There are loads of showy condos at the John Hancock Center. Some have hangovers of 1970s and ‘80s excess (see here and here)—all glammed-up and nowhere to go. Other units are plain, and still others are intensely seductive. This is what happens when a single iconic building offers a dramatic range in unit size and price to 700 homeowners.
On the 75th floor, a southeast corner unit—a combination of three units, in fact—caught my eye last week as an enormous high-floor space in fine condition with very little inherited décor. The late owner, who will remain anonymous on request of the family, kept her 4,100 square foot dwelling minimally decorated so it could display art. She was one of the original owners going back to the early 1970s, and, according to listing agent Marie Campbell of Berkshire Hathaway HomeServices KoenigRubloff, had quite a diverse collection, from pre-Columbian native art to 1960s neo-realism.
Hancock spaces are hard to get right in part because of the exterior X-bracing, an engineering innovation that adds sculptural expression but also throws some rooms off balance and chops up views. But, at least, putting the structural bracing on the outer walls permits fluid interiors.
The new buyer will almost certainly want to take advantage of this fluidity and reshape the condo for conventional family-oriented use. This could mean narrowing the three kitchens down to one; unifying the flooring which, at present, comes in parquet hardwood, and blue, red, and green carpet; and changing the circulation to soften the divide between the three formerly separate units. Suggested plans for the space with such a setup in mind have been drawn up and are available through the brokerage. It’s okay to cheat a little.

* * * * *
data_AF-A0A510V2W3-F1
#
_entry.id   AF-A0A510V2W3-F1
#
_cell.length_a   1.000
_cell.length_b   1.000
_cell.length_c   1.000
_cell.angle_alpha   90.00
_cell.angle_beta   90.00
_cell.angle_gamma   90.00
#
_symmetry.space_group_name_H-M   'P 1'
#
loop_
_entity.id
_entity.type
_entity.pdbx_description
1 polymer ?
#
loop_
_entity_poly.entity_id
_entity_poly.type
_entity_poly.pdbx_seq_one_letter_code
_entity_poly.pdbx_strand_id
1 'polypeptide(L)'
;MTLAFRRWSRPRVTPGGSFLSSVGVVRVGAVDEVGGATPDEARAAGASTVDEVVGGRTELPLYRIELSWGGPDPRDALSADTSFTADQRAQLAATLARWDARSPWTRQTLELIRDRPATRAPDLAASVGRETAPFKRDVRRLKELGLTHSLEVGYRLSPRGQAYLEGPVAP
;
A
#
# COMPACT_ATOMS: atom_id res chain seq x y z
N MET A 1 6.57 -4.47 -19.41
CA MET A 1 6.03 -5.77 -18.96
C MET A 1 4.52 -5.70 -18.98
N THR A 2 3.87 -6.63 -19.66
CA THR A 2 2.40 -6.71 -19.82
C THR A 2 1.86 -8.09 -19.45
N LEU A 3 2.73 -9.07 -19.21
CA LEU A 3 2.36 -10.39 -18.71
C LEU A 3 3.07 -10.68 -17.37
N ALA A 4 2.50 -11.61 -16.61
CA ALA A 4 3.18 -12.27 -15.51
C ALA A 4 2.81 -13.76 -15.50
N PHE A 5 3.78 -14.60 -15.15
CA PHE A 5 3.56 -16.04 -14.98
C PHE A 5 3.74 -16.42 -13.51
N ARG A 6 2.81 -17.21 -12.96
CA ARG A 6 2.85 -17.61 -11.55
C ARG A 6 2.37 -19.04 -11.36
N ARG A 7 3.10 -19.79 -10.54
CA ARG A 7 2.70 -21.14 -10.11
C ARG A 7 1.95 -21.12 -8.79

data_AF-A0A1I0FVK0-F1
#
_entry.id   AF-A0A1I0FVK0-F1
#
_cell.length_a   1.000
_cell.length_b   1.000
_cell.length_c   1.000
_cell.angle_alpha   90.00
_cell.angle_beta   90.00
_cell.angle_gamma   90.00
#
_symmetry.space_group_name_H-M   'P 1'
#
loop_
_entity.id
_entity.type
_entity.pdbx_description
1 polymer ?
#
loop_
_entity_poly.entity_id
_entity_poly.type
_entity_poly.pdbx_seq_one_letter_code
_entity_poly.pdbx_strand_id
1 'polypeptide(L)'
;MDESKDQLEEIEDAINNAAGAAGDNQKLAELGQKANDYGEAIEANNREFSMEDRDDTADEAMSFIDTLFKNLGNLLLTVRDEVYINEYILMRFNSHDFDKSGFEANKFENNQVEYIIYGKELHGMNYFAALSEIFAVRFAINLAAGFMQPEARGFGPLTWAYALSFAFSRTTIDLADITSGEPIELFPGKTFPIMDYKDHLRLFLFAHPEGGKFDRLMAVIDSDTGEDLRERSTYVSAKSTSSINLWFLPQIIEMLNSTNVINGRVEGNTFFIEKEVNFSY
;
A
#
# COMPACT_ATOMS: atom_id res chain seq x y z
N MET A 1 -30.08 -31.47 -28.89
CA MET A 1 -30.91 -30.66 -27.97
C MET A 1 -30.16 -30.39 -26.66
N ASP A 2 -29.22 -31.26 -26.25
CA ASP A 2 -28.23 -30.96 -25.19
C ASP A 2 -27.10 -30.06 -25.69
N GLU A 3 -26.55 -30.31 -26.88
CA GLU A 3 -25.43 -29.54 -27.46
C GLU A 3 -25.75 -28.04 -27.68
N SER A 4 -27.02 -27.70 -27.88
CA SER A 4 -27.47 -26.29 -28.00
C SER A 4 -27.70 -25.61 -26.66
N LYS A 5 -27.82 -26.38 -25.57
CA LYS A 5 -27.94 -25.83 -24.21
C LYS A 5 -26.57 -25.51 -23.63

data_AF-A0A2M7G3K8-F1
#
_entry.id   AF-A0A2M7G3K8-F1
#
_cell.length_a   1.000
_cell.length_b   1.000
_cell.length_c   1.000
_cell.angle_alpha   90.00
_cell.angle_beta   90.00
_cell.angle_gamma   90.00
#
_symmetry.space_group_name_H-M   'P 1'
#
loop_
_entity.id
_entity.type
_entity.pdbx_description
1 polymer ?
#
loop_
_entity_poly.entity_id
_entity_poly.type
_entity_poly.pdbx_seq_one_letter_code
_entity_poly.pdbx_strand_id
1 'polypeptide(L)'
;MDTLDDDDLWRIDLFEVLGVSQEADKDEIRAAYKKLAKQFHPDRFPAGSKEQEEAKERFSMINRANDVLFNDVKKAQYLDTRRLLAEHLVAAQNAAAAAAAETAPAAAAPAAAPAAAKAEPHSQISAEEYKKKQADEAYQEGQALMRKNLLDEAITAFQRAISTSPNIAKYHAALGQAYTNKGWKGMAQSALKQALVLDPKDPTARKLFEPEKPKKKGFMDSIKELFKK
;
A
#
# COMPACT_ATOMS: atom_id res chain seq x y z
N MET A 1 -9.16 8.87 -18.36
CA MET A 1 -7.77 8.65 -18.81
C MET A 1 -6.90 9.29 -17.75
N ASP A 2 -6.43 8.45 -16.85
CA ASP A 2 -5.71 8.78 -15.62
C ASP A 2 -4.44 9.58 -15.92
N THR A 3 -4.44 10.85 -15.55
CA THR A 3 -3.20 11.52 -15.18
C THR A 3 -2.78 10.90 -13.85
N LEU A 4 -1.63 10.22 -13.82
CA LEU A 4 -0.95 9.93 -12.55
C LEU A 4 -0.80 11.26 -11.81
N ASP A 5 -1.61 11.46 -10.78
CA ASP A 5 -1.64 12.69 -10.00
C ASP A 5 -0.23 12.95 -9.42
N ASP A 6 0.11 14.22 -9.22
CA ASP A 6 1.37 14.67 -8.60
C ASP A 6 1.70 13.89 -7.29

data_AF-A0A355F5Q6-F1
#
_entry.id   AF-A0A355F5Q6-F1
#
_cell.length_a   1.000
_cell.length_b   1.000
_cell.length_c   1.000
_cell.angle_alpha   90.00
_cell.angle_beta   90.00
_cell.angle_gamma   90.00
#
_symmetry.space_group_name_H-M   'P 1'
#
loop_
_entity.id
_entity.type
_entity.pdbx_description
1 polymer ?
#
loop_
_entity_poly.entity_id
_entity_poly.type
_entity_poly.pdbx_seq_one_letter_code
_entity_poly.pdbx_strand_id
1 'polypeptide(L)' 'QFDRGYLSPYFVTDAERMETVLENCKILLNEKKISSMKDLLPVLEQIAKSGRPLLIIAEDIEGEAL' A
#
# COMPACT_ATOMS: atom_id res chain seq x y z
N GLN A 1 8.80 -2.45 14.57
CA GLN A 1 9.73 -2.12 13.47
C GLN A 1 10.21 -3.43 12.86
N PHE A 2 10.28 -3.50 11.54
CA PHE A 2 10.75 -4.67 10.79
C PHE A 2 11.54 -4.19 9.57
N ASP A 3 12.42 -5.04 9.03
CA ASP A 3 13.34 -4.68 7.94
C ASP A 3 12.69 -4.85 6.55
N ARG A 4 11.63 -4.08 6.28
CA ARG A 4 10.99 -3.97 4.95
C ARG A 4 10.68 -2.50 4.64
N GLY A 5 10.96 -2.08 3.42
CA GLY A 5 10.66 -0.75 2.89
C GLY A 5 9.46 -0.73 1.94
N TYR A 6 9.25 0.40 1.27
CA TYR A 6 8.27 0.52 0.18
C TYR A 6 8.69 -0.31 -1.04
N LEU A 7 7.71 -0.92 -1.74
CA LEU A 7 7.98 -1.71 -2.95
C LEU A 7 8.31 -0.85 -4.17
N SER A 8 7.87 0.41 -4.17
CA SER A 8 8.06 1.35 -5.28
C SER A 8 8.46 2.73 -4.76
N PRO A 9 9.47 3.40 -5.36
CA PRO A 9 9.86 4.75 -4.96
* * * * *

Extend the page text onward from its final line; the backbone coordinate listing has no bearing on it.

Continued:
The unit’s best feature doesn’t need to be reconfigured—that’s the L-shaped 900-square-foot living room, which rolls off the entryway in grand fashion. It has broad north and east views from a vantage higher than anything in a mile radius. Window sills provide wraparound built-in seating, and the X-bracing is neatly contained in the corner—more of a quirk than a nuisance. This tier of the Hancock Center has 9.5-foot ceilings, a foot taller than the building’s norm. This helps make the skyline views even more immersive. Sights include most of downtown and the lakefront between Oak Street Beach and Navy Pier.
The living room, dining room, master suite, and office form the central portion of the unit. At one end, you reach the former maid’s quarters—a sizable unit in its own right, with a large bedroom, full bath, kitchen, and living area (used by the late owner for art storage). At the condo’s other end, you’ll find another small kitchen, full bath, storage space, and a surprisingly large family room. It’s easy to imagine sticking the master suite at this end given its seclusion.
The main kitchen is a handsome little cove parceled off from the dining room, and it’s fairly recently updated. As for the baths, there are five full ones and an unusual twin his and her master bath setup, each clad in marble and nearly identical. Another bathroom has curtain walls that disguise the tub and shower so as to function as a powder room.
Price Points: The estate is asking $1.3 million. The asking price breaks down to only $316/square foot. Monthly assessments seem blistering, at $3,299, until you look at Streeterville comps. Buildings like Palmolive, Water Tower Place, and Olympia Center have higher prices and assessments per square foot. Including Hancock, these are full amenity addresses with a lot of maintenance.
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